Augsburg cabinet, ca 1650

Augsburg cabinet, ca 1650

Cabinet by Adam Eck, Augsburg, 1640-60. Ebony, ivory, various woods, brass, and iron.  Dimensions (doors open): 155 × 179.8 × 60.4 cm. Location: The Art Institute, Chicago, reference number 1970.404.

Augsburg's tradition of crafting fine cabinets continued after the end of the Thirty Years War in 1648. This outstanding example, executed in ebony veneer and ivory inlay, includes delicately carved figures, bronze mounts, and narrative panels made from ivory and stained wood relief.

The exquisite craftsmanship of this decoration is matched in inventiveness by the cabinet’s interior structure, which is part display case, part tool chest, and part safe-deposit box. Hidden compartments to the right of a built-in clock (a 1715 replacement of an earlier timepiece) contain a set of five medicine canisters and at least twenty-two other utensils, including hammers, scissors, and a mortar and pestle. These and the other compartments in the cabinet would often have housed jewelry, gems, and important papers, among other precious items. The animation below provides a good impression of the intricate system of compartments within compartments which characterised Augsburg's famous cabinets also in the earlier period.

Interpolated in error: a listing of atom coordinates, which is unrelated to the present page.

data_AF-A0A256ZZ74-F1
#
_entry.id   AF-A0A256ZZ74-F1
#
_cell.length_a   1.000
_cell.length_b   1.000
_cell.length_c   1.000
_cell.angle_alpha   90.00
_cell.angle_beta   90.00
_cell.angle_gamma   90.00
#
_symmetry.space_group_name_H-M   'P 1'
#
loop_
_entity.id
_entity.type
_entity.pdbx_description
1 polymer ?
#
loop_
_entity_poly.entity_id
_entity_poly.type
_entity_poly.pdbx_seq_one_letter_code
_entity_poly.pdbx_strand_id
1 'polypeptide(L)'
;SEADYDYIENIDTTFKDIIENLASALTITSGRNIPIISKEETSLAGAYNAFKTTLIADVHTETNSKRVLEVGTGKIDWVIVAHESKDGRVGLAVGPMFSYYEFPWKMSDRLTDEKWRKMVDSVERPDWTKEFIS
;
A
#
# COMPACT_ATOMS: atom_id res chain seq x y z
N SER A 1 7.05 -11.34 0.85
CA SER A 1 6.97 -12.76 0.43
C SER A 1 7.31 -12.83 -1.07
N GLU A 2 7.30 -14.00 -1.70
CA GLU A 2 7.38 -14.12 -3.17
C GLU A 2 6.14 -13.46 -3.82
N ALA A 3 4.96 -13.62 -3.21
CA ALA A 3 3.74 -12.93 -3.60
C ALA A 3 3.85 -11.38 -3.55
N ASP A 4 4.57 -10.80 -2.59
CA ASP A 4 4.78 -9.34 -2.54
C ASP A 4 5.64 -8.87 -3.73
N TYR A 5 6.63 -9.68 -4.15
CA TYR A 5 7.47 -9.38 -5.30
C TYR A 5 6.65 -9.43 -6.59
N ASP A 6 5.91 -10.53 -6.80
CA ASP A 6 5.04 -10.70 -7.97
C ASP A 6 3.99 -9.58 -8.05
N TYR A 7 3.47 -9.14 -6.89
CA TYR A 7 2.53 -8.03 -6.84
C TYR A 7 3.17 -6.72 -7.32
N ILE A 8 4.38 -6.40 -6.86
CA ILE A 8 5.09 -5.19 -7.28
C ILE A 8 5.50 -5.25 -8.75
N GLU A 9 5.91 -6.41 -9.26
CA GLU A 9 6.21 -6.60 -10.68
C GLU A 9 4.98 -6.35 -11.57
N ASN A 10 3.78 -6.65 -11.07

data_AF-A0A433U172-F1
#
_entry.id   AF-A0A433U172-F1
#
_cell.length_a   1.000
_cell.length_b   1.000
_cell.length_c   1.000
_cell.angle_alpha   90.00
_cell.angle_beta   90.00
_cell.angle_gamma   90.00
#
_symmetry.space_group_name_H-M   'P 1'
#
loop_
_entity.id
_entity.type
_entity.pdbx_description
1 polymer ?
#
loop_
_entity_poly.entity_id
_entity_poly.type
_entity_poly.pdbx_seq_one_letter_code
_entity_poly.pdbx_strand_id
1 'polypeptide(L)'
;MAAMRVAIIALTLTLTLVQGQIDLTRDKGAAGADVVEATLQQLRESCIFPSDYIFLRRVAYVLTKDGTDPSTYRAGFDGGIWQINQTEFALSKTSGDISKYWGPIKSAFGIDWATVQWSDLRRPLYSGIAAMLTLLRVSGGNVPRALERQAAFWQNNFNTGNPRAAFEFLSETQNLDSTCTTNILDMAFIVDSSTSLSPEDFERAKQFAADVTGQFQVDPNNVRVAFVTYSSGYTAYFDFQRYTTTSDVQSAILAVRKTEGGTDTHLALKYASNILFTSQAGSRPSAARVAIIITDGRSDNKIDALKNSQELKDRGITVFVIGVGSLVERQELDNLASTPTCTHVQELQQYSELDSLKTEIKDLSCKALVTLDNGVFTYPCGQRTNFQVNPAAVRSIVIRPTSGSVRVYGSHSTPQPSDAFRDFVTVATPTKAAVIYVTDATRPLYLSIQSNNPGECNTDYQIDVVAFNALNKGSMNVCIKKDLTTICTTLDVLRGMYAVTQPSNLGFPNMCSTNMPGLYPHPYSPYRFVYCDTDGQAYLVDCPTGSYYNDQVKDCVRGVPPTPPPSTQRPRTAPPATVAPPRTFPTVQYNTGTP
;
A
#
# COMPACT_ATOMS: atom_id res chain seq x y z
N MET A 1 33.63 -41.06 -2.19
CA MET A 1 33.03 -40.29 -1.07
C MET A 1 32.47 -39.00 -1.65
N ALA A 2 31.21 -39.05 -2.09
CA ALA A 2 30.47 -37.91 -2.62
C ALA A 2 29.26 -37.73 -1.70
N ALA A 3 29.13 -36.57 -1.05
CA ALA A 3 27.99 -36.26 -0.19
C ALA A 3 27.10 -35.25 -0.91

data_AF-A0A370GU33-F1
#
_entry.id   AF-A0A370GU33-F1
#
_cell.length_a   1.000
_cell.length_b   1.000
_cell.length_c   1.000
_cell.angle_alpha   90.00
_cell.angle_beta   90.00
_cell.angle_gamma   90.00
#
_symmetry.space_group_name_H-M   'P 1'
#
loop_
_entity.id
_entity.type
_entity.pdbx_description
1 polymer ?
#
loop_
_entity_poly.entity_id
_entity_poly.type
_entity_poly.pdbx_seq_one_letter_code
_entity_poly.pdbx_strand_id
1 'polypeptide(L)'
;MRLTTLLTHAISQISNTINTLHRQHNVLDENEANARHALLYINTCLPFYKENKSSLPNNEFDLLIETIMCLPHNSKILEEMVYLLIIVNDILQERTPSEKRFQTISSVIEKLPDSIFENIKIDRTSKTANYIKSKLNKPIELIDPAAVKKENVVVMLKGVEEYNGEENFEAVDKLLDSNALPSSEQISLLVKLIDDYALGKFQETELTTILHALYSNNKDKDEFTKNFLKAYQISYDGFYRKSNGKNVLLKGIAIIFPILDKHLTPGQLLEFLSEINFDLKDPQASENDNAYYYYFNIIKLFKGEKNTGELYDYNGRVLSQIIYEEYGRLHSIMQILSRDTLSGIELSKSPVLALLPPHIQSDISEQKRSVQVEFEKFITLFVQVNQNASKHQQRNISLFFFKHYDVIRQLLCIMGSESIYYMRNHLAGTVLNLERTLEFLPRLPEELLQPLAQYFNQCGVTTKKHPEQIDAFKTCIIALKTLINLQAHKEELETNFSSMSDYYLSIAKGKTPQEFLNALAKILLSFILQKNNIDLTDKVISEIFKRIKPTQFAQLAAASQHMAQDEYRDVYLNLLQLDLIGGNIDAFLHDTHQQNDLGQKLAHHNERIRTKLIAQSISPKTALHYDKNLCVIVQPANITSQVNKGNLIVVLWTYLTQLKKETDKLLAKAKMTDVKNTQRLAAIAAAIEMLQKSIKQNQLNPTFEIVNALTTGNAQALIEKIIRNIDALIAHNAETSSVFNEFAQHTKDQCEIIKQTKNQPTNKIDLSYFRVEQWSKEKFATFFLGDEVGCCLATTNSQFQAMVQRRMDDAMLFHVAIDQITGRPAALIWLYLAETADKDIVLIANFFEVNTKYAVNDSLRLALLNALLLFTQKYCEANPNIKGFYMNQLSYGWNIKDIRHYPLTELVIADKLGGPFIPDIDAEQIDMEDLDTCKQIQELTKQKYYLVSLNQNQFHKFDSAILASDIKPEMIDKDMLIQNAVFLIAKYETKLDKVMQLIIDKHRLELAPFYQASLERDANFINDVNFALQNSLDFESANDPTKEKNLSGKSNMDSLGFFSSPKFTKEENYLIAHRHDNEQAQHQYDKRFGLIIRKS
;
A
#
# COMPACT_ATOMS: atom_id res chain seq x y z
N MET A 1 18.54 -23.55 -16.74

A black box with a red inside

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Thematically, the cabinet’s decoration ranges from pure ornament to hunting themes (especially related to the sport of falconry, which may have been a favorite pastime of the cabinet’s owner) and from mythological tales to the allegorical figure of the Christian virtue Charity, who crowns the object.

Further information and images available from The Art Institute, Chicago.

Commentary primarily ladapted fromThe Art Institute, Chicago